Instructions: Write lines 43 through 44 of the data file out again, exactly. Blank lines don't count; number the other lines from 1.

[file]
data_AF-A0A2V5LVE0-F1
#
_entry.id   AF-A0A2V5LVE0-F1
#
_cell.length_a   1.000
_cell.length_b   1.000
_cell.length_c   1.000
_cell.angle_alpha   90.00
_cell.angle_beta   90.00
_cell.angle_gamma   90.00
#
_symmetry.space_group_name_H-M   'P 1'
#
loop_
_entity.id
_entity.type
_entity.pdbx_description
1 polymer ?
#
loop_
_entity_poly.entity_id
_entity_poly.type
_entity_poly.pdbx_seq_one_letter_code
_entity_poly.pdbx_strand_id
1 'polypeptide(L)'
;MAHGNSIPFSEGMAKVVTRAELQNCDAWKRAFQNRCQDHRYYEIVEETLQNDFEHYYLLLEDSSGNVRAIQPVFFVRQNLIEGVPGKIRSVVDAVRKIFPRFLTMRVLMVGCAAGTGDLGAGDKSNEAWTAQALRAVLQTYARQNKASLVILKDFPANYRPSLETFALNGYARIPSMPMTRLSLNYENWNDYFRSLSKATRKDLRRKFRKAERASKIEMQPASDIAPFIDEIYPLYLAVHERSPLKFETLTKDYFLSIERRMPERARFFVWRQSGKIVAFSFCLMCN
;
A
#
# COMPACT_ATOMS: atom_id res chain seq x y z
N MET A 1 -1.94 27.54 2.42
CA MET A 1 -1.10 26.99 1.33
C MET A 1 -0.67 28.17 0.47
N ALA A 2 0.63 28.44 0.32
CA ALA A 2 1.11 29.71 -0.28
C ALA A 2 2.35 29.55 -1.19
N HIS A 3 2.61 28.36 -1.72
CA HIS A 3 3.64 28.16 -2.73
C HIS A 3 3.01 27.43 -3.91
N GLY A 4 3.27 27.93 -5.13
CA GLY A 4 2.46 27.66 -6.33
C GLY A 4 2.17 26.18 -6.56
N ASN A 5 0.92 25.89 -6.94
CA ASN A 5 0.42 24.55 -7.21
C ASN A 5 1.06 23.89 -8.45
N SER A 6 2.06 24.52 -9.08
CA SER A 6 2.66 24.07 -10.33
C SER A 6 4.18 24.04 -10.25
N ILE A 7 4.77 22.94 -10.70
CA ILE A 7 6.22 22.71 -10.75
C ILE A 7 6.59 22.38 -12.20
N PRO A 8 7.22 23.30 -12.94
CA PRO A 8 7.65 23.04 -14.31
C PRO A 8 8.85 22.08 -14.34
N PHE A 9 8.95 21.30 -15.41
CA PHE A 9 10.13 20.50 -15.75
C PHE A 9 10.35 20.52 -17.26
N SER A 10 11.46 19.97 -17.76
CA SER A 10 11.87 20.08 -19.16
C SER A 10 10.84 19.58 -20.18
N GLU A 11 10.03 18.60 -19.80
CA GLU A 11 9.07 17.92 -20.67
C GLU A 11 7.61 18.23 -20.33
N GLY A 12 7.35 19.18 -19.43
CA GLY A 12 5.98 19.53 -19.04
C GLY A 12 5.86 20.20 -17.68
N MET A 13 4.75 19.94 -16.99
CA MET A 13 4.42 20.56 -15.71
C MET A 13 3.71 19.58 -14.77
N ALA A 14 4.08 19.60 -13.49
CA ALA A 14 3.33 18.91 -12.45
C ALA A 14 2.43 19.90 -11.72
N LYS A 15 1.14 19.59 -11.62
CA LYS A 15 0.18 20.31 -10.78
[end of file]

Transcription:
N ASN A 5 0.92 25.89 -6.94
CA ASN A 5 0.42 24.55 -7.21